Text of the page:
The Super wales

Through this project I wanted to transform today's reality to help understand the beauty and difficulty of secluded first time pygmy mothers in Democratic Republic of Congo. It is a visual projection of what the Ekonda Walé motherhood ritual could become as it continues to resist and embrace pressure of modern life.

Democratic Republic of Congo in 2050. The country has peacefully developed in a sustainable way, including remote villages. Deep in Ekonda territory, the walé initiation ritual has modernized yet preserved its authenticity. With the ultimate power to give birth, first time mothers have always been celebrated supermums. Today Pygmies regard them as superwalés, having embraced and appropriated the now globally pervasive superhero culture. Highly respected by society, superwalés are more than ever honored as queens. But despite all of their prestige and powers, they still experience seclusion very differently.

Redwalé is fufilled. Her loving husband stood by her and provided for her.

Alone and dissillusioned, Blackwalé struggles to see an end to her seclusion.

Goldwalé sees hope now that a suitor is helping her to take back control of her destiny. Sooner or later, superwalés will fortunately all come out of seclusion. On that day and as they have always done, they proudly flaunt the luxurious content of their suitcase (accumulated by their husband or suitor) to celebrate their return to society. Not far away, the red spirits of ancestors welcome a newly born and his supermum. Long live the Wales.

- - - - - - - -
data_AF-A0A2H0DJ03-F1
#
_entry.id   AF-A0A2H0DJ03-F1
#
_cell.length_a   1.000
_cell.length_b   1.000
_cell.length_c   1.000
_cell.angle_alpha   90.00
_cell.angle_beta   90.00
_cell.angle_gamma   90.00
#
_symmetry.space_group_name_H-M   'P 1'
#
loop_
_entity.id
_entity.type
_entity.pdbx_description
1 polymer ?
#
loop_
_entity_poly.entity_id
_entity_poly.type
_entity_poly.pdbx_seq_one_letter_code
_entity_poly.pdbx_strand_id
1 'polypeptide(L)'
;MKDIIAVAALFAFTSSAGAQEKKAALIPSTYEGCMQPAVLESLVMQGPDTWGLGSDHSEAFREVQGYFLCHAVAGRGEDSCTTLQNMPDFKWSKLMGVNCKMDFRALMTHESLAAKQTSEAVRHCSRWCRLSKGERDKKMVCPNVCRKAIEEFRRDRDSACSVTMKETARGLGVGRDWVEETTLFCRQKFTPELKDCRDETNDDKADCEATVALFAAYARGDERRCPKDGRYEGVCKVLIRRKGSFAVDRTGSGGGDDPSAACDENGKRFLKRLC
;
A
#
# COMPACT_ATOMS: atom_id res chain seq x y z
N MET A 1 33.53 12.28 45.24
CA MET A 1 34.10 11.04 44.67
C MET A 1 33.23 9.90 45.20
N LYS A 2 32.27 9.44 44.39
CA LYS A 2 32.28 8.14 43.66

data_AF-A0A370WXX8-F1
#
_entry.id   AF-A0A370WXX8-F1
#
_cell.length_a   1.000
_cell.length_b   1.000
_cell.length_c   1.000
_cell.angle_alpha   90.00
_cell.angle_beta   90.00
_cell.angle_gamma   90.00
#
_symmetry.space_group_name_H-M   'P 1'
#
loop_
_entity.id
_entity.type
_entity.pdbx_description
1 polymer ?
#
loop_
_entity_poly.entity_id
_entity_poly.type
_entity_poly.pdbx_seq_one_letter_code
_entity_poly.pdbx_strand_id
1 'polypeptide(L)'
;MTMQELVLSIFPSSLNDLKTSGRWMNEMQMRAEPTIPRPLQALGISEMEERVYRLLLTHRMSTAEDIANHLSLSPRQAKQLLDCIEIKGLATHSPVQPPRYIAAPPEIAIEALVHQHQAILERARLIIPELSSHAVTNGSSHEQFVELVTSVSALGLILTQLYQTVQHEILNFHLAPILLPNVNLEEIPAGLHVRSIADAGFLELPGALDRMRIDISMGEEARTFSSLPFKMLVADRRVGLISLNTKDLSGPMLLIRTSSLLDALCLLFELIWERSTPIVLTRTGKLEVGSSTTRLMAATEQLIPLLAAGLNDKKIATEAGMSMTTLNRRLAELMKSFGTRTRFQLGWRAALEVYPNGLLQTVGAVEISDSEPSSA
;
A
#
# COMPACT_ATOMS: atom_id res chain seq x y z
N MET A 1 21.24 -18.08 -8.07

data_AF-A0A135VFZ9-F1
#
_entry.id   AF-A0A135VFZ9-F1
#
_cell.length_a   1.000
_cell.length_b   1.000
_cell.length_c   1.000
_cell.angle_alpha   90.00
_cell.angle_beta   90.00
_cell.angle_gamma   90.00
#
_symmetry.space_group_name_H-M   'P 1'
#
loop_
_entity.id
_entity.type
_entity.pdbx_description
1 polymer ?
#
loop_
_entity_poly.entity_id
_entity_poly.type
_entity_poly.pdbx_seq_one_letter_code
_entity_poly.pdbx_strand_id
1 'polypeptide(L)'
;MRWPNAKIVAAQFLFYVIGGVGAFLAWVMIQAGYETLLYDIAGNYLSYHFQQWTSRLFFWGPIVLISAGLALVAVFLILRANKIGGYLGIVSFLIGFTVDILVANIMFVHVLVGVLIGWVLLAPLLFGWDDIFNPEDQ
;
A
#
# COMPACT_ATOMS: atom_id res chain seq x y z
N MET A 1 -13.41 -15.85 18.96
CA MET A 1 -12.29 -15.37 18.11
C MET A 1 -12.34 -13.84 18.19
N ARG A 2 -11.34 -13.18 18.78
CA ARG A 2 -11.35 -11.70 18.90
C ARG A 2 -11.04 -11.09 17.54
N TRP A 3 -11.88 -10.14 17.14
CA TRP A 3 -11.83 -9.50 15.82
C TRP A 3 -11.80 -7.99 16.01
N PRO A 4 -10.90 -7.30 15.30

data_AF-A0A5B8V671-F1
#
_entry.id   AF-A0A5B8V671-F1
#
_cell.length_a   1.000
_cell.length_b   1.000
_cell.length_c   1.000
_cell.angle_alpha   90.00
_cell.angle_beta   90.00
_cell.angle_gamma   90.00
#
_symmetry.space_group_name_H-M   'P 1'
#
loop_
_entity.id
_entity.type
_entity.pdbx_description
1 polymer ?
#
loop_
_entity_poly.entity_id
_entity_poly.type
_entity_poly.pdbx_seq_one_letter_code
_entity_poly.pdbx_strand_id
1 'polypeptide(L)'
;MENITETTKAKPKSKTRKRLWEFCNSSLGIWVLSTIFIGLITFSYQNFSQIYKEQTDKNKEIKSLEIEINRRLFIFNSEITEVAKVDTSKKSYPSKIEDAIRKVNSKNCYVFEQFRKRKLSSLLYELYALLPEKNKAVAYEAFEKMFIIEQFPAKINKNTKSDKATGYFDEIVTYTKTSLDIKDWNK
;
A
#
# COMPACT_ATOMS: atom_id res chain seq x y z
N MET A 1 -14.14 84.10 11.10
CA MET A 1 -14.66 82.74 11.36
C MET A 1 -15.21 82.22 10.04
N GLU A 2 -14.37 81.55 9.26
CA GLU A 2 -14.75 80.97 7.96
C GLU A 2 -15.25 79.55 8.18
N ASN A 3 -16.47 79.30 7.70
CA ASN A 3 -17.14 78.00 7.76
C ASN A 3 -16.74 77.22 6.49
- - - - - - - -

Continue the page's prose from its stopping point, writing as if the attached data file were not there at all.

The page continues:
Patrick Willocq

Born in 1969 in Strasbourg, France

Lives and works in Hong Kong and Kinshasa.

Patrick Willocq is a self-taught photographer for 25 years. He has lived 34 years outside France, including 7 years in DR Congo. In 2012, and following a trip back to the Congo, Patrick decides to devote himself entirely to photography (he was working for multinationals in Asia Pacific for over 20 years). Through his work he wants to offer a different image of the Congo and Africa in general, and go beyond images of war which media tend to focus on. The series On the road from Bikoro to Bokonda, won the 2012 AFD best photo project Award and exhibited in over 10 international festivals including Paris Photo 2012 (Finalist SFR Competition) and Photo Off (Paris) 2013. Other photographic works include The 4 Seasons in Shanghai, exhibited at the European Festival of Nude Photography in Arles, Walé O Konga I, exhibited at Portrait(s) (Vichy). With I am Walé Respect Me and Forever Walé, respectively produced in 2013 and 2014, a series about an initiation ritual among Ekonda pygmies, Patrick Willocq has been selected to form part of the British Journal of Photography « the Ones to watch in 2014 ». He is a finalist of the LensCulture Exposure Awards 2013, finalist of Leica Oskar Barnack Award 2014 and Renaissance Photography Prize 2014, Winner of La Bourse du Talent Portrait 2014, POPCAP 14 and nominated to the prestigious Arles Discovery Award 2014. Patrick has recently been awarded the Grandprix Fotofestiwal 2015 Łódź in Poland.

The Superwalés is Patrick’s latest project in DR Congo produced in 2015.